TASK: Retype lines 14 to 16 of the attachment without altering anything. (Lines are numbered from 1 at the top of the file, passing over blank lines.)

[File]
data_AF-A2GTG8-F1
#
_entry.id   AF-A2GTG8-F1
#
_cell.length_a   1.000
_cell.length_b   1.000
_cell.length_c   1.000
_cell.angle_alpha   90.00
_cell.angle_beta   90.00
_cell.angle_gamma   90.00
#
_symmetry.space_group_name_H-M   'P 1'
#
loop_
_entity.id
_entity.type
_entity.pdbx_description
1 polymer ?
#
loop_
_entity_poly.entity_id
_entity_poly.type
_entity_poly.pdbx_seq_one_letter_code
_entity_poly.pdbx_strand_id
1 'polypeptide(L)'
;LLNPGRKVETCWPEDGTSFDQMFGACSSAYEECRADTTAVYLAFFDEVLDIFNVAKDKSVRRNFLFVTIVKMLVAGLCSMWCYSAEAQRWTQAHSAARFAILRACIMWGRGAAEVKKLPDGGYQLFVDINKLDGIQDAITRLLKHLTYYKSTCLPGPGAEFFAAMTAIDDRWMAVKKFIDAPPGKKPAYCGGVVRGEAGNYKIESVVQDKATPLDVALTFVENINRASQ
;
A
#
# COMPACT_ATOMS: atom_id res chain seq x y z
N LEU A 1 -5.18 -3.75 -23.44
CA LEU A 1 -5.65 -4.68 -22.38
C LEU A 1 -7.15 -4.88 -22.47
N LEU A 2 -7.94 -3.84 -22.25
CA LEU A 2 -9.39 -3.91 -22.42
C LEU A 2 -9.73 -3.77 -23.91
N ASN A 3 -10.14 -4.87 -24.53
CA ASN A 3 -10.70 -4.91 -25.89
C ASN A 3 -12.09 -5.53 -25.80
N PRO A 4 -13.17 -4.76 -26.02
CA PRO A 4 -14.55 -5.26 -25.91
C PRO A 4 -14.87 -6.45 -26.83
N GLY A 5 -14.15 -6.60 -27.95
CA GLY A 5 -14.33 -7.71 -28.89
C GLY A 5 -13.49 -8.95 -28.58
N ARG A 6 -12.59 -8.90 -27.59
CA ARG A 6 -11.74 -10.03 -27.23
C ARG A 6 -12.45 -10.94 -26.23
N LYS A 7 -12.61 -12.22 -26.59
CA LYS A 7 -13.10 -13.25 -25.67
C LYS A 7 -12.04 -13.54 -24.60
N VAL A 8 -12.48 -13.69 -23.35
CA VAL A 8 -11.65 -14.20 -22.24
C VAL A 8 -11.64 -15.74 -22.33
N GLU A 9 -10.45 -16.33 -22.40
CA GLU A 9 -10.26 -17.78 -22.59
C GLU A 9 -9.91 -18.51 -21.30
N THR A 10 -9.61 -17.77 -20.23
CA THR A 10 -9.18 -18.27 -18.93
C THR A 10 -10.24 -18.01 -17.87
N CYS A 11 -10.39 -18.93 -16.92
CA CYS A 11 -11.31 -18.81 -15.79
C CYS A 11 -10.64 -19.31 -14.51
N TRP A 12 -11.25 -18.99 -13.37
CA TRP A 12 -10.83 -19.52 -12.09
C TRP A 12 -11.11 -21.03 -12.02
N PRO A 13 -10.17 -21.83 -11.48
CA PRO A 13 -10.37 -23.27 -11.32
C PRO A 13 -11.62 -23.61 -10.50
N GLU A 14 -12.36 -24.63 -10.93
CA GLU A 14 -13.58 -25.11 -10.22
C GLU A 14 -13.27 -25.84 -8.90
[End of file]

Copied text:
loop_
_entity.id
_entity.type